I believe I responded, “Yeah, I get a little obsessed.”
And I do. Let’s take my seed love for example. This winter, feeling blah from the cold and grey, I turned to the pages of the Seed Savers catalog. Filled with all sorts of summer promise, the pages called to me. I read that publication from cover-to-cover as my husband watched on in amazement. After reading aloud three descriptions of eggplants to him, he gave up and walked away. They all sounded the same to him. But to me, each one offered a nuance that I wished to experience.
Choosing seeds was hard enough. When they arrived, planting them seemed the easy part. Of course, every seed packet recommended you plant two or three seeds in case a few of them never sprouted. I carefully followed the instructions, set my many trays of seeds in nearly every available window of my house, and misted them gently with water from a spray bottle every day. My morning routine now had one more critical component.
When each tiny seed began to sprout, I experienced the joy of a child seeing her first kitten. I would squeal with delight, clap my hands, and run to find my husband to share the news. If he was at work, I would call him, sometimes five times a day, with updates. At breakfast time, the purple bell peppers might have yielded one new sprout. By lunchtime, a tomato and three cucumbers might have joined them. Each sighting felt as rare as spotting a bald eagle in the forest. Joy and elation can hardly express it.
As my seedlings grew, I realized the folly of my ways. Not only did I plant two or three seeds in each tiny container, but I planted at least nine containers for each type of plant. When it was all said and done, and every last seedling had sprouted, I was the proud parent of about 200 vegetable plants! And as a beaming mother, I could not yank a single species from its roots and let it die.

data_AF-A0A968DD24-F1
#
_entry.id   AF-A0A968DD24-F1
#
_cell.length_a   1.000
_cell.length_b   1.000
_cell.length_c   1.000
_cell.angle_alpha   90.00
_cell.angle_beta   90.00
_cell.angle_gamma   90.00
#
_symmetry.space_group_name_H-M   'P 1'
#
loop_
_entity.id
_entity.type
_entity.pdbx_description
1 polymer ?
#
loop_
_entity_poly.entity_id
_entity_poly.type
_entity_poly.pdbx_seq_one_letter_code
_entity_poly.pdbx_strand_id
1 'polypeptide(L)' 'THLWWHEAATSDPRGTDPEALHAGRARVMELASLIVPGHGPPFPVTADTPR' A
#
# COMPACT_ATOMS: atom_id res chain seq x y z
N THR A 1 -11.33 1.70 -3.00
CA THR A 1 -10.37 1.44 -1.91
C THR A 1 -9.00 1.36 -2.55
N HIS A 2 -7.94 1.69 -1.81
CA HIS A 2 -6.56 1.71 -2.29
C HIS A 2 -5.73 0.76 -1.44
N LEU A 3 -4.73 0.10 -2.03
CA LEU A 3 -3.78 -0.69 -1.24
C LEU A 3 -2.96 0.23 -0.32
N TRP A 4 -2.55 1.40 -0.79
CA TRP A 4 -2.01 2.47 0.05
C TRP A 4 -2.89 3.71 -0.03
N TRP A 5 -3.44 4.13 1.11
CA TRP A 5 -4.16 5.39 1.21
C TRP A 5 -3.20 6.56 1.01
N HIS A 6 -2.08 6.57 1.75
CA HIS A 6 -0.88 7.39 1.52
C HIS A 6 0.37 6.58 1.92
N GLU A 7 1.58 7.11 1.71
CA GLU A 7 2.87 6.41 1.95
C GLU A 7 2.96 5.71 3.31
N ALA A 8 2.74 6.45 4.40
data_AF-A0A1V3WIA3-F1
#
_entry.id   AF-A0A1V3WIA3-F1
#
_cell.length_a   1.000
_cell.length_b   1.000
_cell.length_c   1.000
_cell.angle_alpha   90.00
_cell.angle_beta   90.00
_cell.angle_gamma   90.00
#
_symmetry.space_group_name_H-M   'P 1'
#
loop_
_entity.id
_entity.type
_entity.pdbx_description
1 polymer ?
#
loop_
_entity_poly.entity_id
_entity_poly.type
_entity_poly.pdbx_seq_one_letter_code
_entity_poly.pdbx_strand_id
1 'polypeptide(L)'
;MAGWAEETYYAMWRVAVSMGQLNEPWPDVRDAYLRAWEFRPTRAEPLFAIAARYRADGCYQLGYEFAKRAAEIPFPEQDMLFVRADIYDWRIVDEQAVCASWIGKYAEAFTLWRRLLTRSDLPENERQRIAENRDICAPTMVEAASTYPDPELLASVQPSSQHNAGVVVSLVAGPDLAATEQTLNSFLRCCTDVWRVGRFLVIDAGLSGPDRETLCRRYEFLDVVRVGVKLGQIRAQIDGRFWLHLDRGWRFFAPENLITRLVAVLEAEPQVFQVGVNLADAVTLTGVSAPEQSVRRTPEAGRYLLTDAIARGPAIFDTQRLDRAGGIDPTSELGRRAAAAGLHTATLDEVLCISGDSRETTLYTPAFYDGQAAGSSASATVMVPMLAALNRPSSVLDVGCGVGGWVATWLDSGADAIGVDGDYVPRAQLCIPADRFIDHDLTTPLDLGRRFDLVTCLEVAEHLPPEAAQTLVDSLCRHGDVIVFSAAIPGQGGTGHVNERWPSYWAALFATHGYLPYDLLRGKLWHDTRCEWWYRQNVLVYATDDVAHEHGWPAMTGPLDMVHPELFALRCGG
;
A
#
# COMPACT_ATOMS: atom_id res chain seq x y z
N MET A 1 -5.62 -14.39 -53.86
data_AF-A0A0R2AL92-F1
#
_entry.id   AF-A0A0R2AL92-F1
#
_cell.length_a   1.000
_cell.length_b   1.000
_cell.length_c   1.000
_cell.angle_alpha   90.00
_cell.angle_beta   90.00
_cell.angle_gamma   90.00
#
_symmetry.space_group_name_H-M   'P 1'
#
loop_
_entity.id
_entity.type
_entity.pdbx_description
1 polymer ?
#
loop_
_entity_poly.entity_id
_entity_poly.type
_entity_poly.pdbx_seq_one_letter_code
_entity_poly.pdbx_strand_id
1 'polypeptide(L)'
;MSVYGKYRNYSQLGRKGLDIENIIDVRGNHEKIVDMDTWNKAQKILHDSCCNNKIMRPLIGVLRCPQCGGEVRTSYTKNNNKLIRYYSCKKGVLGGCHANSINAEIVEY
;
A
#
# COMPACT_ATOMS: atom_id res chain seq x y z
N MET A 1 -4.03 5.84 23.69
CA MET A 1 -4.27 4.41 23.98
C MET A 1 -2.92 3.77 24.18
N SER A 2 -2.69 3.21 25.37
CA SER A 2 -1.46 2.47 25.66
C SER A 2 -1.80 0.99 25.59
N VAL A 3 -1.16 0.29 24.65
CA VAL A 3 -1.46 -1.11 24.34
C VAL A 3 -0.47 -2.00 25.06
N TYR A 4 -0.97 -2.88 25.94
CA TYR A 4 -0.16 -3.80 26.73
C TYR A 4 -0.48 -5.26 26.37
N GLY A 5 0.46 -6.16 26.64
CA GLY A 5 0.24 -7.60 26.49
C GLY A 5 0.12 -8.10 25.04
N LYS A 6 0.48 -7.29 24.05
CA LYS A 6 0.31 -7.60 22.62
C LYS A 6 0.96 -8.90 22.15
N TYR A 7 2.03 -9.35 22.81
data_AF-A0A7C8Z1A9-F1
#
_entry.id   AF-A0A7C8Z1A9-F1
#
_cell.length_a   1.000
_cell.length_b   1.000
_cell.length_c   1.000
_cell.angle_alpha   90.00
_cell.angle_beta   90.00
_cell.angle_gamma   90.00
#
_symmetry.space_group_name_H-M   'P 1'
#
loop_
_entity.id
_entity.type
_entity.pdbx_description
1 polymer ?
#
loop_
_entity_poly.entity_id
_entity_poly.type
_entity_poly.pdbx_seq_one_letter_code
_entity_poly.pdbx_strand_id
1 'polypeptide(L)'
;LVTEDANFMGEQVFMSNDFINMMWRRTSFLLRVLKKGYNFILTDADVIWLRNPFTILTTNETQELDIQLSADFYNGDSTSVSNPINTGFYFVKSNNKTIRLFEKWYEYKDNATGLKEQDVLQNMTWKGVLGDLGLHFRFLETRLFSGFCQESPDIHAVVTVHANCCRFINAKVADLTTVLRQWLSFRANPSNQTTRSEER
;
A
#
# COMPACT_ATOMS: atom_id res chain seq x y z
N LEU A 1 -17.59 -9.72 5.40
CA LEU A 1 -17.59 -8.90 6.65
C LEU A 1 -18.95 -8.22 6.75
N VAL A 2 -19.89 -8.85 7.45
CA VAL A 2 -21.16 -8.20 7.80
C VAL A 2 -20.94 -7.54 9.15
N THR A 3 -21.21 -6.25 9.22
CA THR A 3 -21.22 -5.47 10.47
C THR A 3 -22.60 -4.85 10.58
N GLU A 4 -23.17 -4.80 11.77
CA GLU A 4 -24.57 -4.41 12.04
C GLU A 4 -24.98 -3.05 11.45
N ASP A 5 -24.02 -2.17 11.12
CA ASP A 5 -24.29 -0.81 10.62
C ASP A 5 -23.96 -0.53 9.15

Thus, as winter turned to spring and I anxiously awaited my garden soil warming, I spent weekends outside repotting my tiny seedlings into somewhat larger peat pots, carefully labeling each one with a marker. Before I realized, I was hauling card tables in from the garage, plopping them in front of windows and covering every spare inch with seedlings. Instead of taking me a few minutes to mist them all in the morning, it now took about 20 minutes. As my summer dreams (plotted out in winter) stretched higher and higher, my life became intertwined with my plants.
I began my plea to friends, offering up free plants. I must have filled two dozen six-packs with nature’s bounty (great transporting containers for tiny pots!). Friends new and old made the trek to my house. With each visit, I thought my crop would surely be depleted. Yet, with each guest’s departure, my tables full of seedlings looked as crowded as ever. Dozens of gardens in town must now bear my vegetables, but I still have dozens left. I have planted my own garden, packing each veggie as close together as I dare. Yet, my bounty still overcrowds me.
My garden beds now full, I have started filling terra cotta pots on the back porch. Perhaps some peppers will sprout from there? I simply cannot bear to walk away and let them droop and shrivel.
Next year, I think I’ll plant only what I need. Then again, my husband will probably have to make me re-read this come winter. I’m sure I’ll be seed-crazy again by then!